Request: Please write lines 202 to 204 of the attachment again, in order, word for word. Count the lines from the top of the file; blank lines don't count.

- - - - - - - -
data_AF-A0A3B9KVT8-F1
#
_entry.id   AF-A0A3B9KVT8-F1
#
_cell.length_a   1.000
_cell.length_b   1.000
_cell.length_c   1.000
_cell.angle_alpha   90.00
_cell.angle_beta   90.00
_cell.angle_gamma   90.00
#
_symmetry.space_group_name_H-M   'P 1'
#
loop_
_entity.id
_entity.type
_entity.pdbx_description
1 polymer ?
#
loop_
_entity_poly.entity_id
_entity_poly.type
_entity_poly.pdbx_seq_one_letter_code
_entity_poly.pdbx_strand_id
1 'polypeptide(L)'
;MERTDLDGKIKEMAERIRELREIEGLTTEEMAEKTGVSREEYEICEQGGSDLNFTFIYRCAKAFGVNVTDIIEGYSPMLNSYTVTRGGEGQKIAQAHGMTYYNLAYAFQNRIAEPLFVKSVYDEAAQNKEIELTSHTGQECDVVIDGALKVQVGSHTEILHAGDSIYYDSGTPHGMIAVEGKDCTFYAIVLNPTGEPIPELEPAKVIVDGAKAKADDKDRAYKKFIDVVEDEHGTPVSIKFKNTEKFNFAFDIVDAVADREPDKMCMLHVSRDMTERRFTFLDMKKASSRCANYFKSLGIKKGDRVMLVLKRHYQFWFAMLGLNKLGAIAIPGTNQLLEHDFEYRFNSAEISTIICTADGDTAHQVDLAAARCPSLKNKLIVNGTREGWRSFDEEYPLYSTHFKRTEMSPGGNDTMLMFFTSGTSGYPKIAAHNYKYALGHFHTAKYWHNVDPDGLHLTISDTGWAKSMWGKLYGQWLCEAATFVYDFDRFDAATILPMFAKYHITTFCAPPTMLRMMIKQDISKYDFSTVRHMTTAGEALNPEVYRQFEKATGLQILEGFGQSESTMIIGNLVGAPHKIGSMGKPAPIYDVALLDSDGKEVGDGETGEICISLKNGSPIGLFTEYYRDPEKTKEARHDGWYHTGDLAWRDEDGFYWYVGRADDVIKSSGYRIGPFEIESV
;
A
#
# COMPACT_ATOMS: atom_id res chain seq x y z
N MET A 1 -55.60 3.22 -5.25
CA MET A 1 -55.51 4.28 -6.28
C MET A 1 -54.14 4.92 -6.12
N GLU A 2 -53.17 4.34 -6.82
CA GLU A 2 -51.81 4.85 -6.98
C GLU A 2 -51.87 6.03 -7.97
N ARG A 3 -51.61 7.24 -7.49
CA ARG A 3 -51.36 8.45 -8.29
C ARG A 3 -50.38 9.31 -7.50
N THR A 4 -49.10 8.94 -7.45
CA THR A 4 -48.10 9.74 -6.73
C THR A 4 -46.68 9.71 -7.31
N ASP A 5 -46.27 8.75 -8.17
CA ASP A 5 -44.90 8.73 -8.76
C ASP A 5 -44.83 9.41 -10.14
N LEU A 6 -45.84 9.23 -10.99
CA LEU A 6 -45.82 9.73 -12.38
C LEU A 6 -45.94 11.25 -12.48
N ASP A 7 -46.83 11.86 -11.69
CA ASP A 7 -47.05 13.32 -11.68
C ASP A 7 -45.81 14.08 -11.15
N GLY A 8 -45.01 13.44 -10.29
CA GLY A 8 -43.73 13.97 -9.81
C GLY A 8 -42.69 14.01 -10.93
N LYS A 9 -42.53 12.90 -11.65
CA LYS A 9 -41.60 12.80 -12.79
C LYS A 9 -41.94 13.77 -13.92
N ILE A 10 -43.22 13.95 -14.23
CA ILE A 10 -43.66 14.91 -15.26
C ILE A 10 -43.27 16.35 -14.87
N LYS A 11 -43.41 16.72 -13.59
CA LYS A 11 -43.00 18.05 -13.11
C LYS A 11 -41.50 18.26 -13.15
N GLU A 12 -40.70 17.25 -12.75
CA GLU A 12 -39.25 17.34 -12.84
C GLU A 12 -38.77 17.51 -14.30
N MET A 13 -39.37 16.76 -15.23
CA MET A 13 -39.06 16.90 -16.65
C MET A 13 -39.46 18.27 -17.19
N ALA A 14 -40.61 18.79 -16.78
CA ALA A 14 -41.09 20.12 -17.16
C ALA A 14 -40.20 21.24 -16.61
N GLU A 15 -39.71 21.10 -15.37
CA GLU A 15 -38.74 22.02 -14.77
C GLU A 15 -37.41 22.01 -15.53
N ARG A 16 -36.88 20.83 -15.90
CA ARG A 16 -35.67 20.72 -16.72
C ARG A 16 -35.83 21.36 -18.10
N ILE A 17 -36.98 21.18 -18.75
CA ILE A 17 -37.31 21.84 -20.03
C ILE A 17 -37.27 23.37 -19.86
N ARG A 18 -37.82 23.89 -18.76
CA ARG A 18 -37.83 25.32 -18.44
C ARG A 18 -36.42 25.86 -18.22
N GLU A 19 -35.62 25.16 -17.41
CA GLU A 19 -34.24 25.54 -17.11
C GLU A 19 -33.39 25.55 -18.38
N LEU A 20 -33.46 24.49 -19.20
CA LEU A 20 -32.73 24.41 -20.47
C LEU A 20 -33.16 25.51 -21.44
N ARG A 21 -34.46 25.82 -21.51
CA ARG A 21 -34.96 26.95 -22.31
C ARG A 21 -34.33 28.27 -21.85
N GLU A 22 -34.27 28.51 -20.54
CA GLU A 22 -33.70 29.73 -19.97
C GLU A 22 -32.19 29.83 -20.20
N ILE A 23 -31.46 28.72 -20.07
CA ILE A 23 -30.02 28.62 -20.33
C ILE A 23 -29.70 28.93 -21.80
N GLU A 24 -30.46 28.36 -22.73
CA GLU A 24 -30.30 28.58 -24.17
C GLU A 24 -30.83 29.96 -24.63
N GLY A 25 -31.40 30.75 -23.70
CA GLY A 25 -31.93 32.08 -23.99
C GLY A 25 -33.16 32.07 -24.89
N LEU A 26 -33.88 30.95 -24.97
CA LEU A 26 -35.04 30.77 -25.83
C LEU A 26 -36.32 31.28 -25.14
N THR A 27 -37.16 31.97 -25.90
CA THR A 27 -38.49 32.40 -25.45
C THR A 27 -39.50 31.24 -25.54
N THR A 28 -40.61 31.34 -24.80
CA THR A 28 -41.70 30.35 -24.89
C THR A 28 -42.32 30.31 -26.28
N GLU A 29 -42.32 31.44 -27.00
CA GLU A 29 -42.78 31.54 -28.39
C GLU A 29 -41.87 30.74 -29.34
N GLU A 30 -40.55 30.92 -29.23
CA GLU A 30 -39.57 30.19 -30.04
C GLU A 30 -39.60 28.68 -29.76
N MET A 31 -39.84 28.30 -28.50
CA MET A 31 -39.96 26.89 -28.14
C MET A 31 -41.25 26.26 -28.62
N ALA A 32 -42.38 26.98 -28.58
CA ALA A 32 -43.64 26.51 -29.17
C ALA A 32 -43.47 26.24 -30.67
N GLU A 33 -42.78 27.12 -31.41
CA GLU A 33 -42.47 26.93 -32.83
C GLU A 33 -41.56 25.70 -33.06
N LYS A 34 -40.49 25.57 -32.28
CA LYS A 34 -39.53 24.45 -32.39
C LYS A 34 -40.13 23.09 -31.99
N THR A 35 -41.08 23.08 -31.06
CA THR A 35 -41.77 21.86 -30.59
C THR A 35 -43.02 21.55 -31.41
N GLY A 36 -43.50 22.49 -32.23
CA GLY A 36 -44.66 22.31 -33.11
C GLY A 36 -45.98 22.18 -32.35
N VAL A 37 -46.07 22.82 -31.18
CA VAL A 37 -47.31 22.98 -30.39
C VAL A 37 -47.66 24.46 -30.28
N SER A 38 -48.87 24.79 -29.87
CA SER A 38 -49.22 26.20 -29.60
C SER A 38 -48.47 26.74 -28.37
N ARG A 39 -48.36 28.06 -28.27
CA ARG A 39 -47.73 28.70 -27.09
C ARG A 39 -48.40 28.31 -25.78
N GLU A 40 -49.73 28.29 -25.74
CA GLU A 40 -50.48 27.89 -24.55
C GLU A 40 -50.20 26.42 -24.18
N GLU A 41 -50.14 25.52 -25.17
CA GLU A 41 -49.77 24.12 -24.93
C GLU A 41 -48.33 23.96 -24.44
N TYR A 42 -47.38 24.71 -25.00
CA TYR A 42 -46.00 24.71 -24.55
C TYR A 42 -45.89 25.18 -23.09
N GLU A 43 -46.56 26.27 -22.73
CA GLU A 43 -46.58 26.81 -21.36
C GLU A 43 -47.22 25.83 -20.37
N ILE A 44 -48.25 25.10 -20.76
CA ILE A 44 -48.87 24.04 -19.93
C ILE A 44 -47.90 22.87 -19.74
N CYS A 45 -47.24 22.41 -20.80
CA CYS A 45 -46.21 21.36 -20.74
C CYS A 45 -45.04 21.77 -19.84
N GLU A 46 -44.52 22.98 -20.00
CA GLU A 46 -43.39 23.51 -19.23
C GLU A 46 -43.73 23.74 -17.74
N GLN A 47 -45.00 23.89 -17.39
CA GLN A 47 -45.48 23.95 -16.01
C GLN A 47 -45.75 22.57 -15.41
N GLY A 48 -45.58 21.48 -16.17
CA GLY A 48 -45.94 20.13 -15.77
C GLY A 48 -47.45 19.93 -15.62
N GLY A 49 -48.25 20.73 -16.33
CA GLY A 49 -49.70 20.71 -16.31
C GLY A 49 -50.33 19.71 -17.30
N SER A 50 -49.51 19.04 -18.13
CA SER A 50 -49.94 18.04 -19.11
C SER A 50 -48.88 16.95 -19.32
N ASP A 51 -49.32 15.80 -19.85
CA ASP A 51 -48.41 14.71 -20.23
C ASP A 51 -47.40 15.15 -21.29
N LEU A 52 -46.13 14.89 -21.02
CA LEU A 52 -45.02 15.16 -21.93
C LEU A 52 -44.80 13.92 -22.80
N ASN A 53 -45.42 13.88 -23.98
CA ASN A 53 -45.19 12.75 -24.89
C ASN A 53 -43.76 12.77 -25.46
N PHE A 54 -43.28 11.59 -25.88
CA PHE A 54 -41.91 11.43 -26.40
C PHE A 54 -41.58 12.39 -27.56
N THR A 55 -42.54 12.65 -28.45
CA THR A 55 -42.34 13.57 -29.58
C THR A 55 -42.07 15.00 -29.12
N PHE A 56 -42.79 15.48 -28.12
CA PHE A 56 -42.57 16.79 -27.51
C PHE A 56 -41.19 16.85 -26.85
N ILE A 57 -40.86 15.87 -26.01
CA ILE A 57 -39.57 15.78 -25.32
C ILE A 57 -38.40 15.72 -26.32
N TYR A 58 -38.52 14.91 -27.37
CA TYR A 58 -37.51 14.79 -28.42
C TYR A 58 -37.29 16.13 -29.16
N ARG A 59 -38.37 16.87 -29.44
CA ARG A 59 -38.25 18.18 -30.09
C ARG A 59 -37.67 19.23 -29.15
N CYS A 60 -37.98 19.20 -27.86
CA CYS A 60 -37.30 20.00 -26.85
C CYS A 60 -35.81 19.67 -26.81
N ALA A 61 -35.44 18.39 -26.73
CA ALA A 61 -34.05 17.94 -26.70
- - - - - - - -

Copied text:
N TYR A 58 -38.52 14.91 -27.37
CA TYR A 58 -37.51 14.79 -28.42
C TYR A 58 -37.29 16.13 -29.16